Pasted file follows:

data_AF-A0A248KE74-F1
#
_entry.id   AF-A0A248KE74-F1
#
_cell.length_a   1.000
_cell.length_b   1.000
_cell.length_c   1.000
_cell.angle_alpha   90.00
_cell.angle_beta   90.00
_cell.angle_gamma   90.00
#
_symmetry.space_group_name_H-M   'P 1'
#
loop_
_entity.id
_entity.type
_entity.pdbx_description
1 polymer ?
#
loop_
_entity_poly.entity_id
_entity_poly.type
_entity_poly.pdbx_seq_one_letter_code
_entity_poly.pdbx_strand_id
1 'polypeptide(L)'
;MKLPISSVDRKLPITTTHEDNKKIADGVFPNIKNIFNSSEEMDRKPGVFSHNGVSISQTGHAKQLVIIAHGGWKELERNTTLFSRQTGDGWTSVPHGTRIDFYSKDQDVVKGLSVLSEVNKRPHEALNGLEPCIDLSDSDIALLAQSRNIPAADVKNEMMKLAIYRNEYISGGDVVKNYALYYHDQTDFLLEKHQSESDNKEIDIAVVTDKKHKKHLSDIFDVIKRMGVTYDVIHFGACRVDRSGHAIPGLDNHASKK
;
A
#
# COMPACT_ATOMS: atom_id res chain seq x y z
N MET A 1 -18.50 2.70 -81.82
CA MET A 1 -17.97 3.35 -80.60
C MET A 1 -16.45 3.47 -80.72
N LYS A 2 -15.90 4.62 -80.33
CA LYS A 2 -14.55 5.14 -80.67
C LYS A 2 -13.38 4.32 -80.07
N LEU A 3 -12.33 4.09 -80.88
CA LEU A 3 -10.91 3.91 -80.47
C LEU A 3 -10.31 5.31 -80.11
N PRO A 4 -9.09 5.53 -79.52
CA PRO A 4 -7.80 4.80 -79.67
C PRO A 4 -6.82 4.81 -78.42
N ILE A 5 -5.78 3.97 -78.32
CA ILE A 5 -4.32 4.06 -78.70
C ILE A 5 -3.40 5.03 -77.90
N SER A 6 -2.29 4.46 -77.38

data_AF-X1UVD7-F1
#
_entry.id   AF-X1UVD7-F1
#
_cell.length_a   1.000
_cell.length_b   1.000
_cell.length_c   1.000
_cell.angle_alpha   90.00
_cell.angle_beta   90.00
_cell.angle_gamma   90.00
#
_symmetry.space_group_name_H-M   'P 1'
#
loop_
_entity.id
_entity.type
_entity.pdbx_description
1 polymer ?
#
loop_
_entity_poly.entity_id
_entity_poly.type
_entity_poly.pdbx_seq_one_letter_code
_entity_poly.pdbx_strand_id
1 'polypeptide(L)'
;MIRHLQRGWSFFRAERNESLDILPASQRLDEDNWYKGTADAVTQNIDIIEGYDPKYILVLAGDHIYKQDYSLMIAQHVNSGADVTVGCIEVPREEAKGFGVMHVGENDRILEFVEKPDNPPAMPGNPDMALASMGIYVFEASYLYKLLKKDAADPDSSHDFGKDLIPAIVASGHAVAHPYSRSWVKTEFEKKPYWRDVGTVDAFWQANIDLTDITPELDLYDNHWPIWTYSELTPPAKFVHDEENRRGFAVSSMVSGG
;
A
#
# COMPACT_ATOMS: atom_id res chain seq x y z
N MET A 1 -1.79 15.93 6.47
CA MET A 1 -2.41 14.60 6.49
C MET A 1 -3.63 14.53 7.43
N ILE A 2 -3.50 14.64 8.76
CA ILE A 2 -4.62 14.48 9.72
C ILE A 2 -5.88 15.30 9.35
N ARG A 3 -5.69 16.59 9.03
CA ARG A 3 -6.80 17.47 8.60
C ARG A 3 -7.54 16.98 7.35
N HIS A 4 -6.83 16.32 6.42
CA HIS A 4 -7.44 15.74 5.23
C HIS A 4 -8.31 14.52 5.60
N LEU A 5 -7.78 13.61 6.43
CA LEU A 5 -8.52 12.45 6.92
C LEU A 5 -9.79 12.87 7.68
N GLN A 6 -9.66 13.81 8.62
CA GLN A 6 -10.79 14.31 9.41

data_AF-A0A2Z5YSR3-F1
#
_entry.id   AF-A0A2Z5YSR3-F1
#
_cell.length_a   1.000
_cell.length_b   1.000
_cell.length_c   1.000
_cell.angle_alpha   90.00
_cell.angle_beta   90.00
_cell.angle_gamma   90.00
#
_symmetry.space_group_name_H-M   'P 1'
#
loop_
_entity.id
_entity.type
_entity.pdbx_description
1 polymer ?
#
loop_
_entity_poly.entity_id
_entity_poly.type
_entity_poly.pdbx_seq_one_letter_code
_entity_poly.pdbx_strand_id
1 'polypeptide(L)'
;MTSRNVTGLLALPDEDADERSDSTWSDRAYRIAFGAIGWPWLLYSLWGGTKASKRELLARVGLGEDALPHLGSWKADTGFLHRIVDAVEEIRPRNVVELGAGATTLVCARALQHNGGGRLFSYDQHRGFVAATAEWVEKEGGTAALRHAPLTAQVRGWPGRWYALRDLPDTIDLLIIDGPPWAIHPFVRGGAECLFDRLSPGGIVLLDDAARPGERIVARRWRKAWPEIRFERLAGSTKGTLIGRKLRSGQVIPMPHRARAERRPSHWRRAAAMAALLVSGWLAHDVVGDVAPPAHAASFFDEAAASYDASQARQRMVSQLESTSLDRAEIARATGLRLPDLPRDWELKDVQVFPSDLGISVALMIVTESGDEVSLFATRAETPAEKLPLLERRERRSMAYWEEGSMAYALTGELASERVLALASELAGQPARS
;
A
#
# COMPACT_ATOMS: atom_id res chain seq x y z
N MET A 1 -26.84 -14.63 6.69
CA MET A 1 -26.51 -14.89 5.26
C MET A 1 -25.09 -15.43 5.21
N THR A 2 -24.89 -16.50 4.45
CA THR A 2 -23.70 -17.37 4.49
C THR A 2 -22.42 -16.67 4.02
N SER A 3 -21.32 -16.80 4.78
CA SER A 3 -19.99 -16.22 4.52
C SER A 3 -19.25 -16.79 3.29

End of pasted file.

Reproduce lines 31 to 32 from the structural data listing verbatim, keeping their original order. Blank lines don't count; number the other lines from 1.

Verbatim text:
N MET A 1 -18.50 2.70 -81.82
CA MET A 1 -17.97 3.35 -80.60